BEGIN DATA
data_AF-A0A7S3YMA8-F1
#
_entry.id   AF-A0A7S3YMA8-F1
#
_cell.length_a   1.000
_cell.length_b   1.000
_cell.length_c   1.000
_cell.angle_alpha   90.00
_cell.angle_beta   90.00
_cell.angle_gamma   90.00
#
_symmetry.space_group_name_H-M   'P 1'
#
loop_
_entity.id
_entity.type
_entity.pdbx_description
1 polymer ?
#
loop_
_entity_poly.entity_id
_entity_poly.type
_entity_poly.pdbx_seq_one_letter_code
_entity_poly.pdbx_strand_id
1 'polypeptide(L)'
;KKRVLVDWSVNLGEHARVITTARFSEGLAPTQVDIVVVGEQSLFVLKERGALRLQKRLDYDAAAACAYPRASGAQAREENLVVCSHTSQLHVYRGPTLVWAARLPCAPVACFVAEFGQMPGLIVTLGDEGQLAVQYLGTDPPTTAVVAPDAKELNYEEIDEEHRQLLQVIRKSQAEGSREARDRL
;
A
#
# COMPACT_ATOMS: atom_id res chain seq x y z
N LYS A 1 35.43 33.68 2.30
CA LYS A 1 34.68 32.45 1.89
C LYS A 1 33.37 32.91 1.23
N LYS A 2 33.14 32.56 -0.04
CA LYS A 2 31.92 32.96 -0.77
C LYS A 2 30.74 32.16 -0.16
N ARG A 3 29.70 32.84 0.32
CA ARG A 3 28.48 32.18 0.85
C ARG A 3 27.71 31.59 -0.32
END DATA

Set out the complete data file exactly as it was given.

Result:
data_AF-A0A7S3YMA8-F1
#
_entry.id   AF-A0A7S3YMA8-F1
#
_cell.length_a   1.000
_cell.length_b   1.000
_cell.length_c   1.000
_cell.angle_alpha   90.00
_cell.angle_beta   90.00
_cell.angle_gamma   90.00
#
_symmetry.space_group_name_H-M   'P 1'
#
loop_
_entity.id
_entity.type
_entity.pdbx_description
1 polymer ?
#
loop_
_entity_poly.entity_id
_entity_poly.type
_entity_poly.pdbx_seq_one_letter_code
_entity_poly.pdbx_strand_id
1 'polypeptide(L)'
;KKRVLVDWSVNLGEHARVITTARFSEGLAPTQVDIVVVGEQSLFVLKERGALRLQKRLDYDAAAACAYPRASGAQAREENLVVCSHTSQLHVYRGPTLVWAARLPCAPVACFVAEFGQMPGLIVTLGDEGQLAVQYLGTDPPTTAVVAPDAKELNYEEIDEEHRQLLQVIRKSQAEGSREARDRL
;
A
#
# COMPACT_ATOMS: atom_id res chain seq x y z
N LYS A 1 35.43 33.68 2.30
CA LYS A 1 34.68 32.45 1.89
C LYS A 1 33.37 32.91 1.23
N LYS A 2 33.14 32.56 -0.04
CA LYS A 2 31.92 32.96 -0.77
C LYS A 2 30.74 32.16 -0.16
N ARG A 3 29.70 32.84 0.32
CA ARG A 3 28.48 32.18 0.85
C ARG A 3 27.71 31.59 -0.32